Typos in graphics corrected. Liberals at 27.9% nationally, not 29.9%, and this would give 94 seats, not 92. My apologies.
A new poll from EKOS shows that little has changed in the last two weeks.Compared to EKOS's last poll, the Conservatives have picked up 0.9 points and now lead with 35.4%. The Liberals are also up: 0.6 points to 27.9%. For those keeping score, that's an increase of the Tory lead by a tiny 0.3 points.
The New Democrats, however, are stable at 14.8%, well below where they need to be.
The Bloc Québécois is at 9.7%, while the Greens are down 0.5 points to 9.8%.
Note: Check out the EKOS PDF as they have a very neat breakdown of the differing results of various polling methods.
In Ontario, the Conservatives are up a point to 37.5%, while the Liberals are down one to 34.3%. The NDP is up one to 15.1%, while the Greens are stable at 10.5%. The Liberals are leading in Toronto with 38.2% to the Conservatives' 37.4%, but the Tories are up in Ottawa with 47.3% to the Liberals' 32.4%.
The Bloc is down one point in Quebec but still leads with 38.8%. The Liberals are up one to 22.4%, the Conservatives are down one to 18%, and the New Democrats have gained a point and are in fourth with 11.4%. The Bloc leads in Montreal with 41%, while the Liberals trail with 22.7%.
In British Columbia, the Conservatives are holding steady with 37.8% support, while the Liberals have picked up three points and are in second with 23.5%. The New Democrats have dropped four points to 18.9%, a result that is more likely than not on the low side. The Greens are at the opposite end, with a three point gain to 16.7%. The Conservatives are dominating in the Vancouver area, with 49.2%. The Liberals are running second with 17.9%.
Both the Liberals and Tories are up in Atlantic Canada, with 36% for the former (+4) and 34.4% for the latter (+2). That gain has come from the NDP, which is down six points to 19.8%.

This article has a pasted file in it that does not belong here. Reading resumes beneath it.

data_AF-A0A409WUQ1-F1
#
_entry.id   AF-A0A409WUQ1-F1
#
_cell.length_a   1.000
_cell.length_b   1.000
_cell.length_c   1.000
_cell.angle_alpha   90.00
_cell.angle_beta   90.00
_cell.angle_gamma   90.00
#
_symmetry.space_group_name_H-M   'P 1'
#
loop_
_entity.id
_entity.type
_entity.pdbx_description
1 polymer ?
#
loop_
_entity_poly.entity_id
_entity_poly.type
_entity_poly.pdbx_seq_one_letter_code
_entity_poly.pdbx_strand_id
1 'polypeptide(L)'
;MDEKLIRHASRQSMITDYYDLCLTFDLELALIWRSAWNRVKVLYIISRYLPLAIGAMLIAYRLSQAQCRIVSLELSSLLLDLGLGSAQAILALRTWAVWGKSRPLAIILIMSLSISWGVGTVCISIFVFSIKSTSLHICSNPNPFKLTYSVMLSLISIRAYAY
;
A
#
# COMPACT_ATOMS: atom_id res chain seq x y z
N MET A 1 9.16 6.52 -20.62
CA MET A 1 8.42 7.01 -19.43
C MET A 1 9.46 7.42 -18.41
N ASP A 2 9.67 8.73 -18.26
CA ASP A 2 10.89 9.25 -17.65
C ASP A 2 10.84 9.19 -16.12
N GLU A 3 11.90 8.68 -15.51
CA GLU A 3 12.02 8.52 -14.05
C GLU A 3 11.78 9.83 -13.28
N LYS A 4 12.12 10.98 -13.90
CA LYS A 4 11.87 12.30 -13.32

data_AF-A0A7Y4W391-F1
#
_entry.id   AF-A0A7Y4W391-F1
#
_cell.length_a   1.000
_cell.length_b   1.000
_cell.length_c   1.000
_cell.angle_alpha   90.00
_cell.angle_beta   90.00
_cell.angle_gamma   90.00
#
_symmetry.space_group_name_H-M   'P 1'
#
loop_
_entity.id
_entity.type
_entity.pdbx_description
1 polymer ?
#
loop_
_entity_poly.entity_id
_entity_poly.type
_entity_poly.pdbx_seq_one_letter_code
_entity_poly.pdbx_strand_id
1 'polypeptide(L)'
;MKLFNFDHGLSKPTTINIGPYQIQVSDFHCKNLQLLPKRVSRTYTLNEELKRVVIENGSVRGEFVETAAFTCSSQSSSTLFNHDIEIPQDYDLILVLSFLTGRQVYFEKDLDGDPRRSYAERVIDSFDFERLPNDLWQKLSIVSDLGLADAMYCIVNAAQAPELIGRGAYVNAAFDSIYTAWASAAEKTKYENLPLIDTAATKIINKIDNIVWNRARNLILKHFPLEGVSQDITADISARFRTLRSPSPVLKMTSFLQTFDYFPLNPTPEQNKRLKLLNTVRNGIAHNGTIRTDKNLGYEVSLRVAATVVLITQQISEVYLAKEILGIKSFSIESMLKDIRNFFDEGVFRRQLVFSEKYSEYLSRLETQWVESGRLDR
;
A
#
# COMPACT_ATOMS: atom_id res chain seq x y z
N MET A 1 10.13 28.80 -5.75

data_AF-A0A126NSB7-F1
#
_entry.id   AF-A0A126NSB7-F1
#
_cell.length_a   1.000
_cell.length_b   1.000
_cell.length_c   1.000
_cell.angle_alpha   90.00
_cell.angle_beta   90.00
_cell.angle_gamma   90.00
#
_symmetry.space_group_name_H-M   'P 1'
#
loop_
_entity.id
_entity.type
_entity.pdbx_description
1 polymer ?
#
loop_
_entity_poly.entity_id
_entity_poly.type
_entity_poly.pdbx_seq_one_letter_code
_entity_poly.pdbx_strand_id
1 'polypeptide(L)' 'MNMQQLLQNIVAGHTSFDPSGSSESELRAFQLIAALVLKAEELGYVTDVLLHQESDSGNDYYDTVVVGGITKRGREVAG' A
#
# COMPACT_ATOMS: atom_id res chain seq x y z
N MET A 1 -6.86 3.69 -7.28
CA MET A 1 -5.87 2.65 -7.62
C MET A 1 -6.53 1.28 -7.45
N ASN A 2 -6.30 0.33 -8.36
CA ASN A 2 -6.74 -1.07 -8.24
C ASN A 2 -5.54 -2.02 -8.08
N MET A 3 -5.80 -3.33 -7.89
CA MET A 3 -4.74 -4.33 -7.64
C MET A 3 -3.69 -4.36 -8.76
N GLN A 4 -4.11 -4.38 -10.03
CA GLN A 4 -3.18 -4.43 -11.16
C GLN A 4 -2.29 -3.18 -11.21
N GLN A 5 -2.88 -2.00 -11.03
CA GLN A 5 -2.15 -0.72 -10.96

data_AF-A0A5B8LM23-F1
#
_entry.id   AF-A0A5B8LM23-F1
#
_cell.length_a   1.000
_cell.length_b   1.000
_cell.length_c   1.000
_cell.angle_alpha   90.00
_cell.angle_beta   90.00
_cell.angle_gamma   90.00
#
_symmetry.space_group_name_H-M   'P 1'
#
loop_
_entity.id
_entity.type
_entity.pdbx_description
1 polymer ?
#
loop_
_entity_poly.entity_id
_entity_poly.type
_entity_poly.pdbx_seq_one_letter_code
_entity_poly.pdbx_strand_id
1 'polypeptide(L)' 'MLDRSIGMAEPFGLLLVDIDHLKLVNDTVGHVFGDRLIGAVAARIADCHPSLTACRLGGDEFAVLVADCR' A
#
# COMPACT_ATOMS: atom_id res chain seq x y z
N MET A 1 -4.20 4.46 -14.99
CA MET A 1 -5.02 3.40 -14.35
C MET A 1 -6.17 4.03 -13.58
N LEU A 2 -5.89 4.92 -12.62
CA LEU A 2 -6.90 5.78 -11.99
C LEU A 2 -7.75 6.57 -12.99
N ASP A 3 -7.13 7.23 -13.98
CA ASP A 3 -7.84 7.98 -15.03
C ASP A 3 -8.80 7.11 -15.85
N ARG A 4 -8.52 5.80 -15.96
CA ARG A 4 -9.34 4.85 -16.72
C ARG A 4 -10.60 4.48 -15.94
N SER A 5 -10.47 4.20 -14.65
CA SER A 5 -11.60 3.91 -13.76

Little movement in Alberta, where the Conservatives are leading with 59%. The Liberals are still doing alright with 20.3% support. In Calgary, the Conservatives lead the Liberals by 55.7% to 26.5%.
Finally, in the Prairies things have reset themselves after the unusually close race of two weeks ago. The Conservatives are up 10 points to 48.1%, the Liberals are down nine points to 23.4%, and the NDP is up four points to 19.7%. That's more what you'd expect to see.
With the results of this poll, I would project the Conservatives to win 23 seats in British Columbia, 27 in Alberta, 21 in the Prairies, 51 in Ontario, seven in Quebec, and 10 in Atlantic Canada for a total of 140. That is a gain of four seats from my projection for EKOS' last poll, with the gains coming primarily in the Prairies and Ontario.
The Liberals would win 10 seats in British Columbia, one in Alberta, five in the Prairies, 42 in Ontario, 15 in Quebec, and 19 in Atlantic Canada for a total of 94, one more than last time.
The Bloc Québécois would win 52 seats in Quebec, unchanged from two weeks ago.
The New Democrats would win three seats in British Columbia, none in Alberta, two in the Prairies, 13 in Ontario, one in Quebec, and three in Atlantic Canada for a total of 22. That's down five from last time, in large part due to the sorry result in BC.
Generally speaking, this poll is very similar to my current projection.
But it had other interesting tidbits, too. Forty percent of Canadians would prefer that the next government be Conservative (28% said a majority, 12% a minority), while 37% said they wanted it to be Liberal (17% minority and 20% majority). That is surprisingly close, as is the poll on a Conservative government vs. a coalition government: 41% would choose the Tories (likely the party's ceiling in general), 39% would choose the coalition. One worrying note for the coalition, however, would be that they've narrowly lost Ontario to the Conservatives. Only Quebec and Atlantic Canada have a plurality who would prefer a coalition government.
A little less than one-third of Canadians (30%) want the election to take place soon, while fully 52% want it to take place sometime in 2011, despite 41% believing it will end up with another Conservative minority. But of all party supporters, only a majority of those who vote Conservative want the next election to take place in 2012.
So, more fuel for the election fire. Conservatives doing well enough, Liberals still in it, Bloc still up, NDP still at risk. One wonders if the speculation will continue for the next two months, which is when the budget is rumoured to be introduced. I'm not sure if that kind of rampant speculation can be sustained for eight weeks!